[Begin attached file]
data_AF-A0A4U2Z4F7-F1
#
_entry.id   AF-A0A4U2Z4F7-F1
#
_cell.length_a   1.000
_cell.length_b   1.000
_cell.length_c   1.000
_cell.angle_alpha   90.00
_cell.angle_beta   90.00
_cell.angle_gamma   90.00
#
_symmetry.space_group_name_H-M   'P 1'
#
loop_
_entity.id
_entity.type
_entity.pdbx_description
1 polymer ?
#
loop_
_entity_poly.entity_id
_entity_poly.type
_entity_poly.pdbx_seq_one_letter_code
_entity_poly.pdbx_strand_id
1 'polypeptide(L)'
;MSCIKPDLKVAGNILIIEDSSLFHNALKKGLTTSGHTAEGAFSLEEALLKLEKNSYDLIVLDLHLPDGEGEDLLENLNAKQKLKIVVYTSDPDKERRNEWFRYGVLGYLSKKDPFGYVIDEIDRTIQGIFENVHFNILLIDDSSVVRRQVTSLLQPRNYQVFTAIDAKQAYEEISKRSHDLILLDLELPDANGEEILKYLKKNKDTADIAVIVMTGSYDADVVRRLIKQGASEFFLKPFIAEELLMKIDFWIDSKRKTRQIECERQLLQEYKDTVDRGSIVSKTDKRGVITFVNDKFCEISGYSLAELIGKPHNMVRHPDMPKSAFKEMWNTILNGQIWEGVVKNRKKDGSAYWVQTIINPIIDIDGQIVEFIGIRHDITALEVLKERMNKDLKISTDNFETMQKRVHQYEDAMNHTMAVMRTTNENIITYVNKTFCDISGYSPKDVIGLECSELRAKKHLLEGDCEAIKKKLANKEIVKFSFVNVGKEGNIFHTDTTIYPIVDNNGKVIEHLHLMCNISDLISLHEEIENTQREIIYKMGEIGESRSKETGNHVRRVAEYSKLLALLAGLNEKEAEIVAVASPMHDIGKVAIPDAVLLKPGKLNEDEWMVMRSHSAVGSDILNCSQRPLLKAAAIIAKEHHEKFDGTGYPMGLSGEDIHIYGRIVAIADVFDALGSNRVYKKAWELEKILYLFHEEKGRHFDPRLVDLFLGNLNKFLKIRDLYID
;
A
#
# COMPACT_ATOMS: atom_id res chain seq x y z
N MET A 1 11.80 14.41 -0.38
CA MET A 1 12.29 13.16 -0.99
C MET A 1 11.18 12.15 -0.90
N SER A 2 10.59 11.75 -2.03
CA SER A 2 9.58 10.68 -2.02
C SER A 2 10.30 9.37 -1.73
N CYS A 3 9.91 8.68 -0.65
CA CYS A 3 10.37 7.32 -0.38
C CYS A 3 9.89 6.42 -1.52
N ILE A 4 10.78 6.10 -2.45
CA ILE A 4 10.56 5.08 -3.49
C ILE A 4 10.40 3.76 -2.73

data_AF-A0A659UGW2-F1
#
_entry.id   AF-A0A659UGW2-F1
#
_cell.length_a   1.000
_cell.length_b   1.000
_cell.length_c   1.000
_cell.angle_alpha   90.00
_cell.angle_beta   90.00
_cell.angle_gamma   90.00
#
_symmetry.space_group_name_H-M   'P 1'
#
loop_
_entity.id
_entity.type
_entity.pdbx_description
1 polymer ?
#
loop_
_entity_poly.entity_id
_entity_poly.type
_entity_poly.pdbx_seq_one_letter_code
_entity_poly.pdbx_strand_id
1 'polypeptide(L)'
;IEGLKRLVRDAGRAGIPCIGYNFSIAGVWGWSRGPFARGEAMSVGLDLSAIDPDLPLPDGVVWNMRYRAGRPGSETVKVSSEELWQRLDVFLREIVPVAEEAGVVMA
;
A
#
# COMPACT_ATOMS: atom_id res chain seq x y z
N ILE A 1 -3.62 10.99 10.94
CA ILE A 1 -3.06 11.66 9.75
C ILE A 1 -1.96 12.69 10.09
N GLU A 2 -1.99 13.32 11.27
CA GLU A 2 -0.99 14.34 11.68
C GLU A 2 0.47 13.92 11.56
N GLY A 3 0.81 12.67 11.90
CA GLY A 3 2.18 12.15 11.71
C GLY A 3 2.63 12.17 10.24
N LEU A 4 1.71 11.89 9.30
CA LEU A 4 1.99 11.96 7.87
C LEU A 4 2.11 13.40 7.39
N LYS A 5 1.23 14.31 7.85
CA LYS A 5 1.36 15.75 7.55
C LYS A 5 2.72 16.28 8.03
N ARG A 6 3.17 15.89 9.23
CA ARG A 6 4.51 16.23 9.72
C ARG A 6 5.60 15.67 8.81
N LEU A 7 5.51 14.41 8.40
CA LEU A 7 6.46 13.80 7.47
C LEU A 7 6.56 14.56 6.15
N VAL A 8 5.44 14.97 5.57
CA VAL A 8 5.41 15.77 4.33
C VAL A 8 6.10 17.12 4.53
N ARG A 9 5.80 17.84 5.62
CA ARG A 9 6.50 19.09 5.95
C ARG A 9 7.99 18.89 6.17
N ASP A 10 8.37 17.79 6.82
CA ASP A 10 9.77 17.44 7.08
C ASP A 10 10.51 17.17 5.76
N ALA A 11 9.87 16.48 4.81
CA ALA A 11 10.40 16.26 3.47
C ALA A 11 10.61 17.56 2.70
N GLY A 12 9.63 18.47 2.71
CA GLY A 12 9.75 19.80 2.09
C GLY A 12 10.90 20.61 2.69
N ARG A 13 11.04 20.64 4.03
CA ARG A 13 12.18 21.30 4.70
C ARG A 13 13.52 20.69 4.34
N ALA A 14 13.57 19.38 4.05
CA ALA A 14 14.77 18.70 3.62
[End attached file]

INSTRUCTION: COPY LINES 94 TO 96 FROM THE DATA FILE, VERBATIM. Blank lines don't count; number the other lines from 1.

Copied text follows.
N VAL A 8 5.44 14.97 5.57
CA VAL A 8 5.41 15.77 4.33
C VAL A 8 6.10 17.12 4.53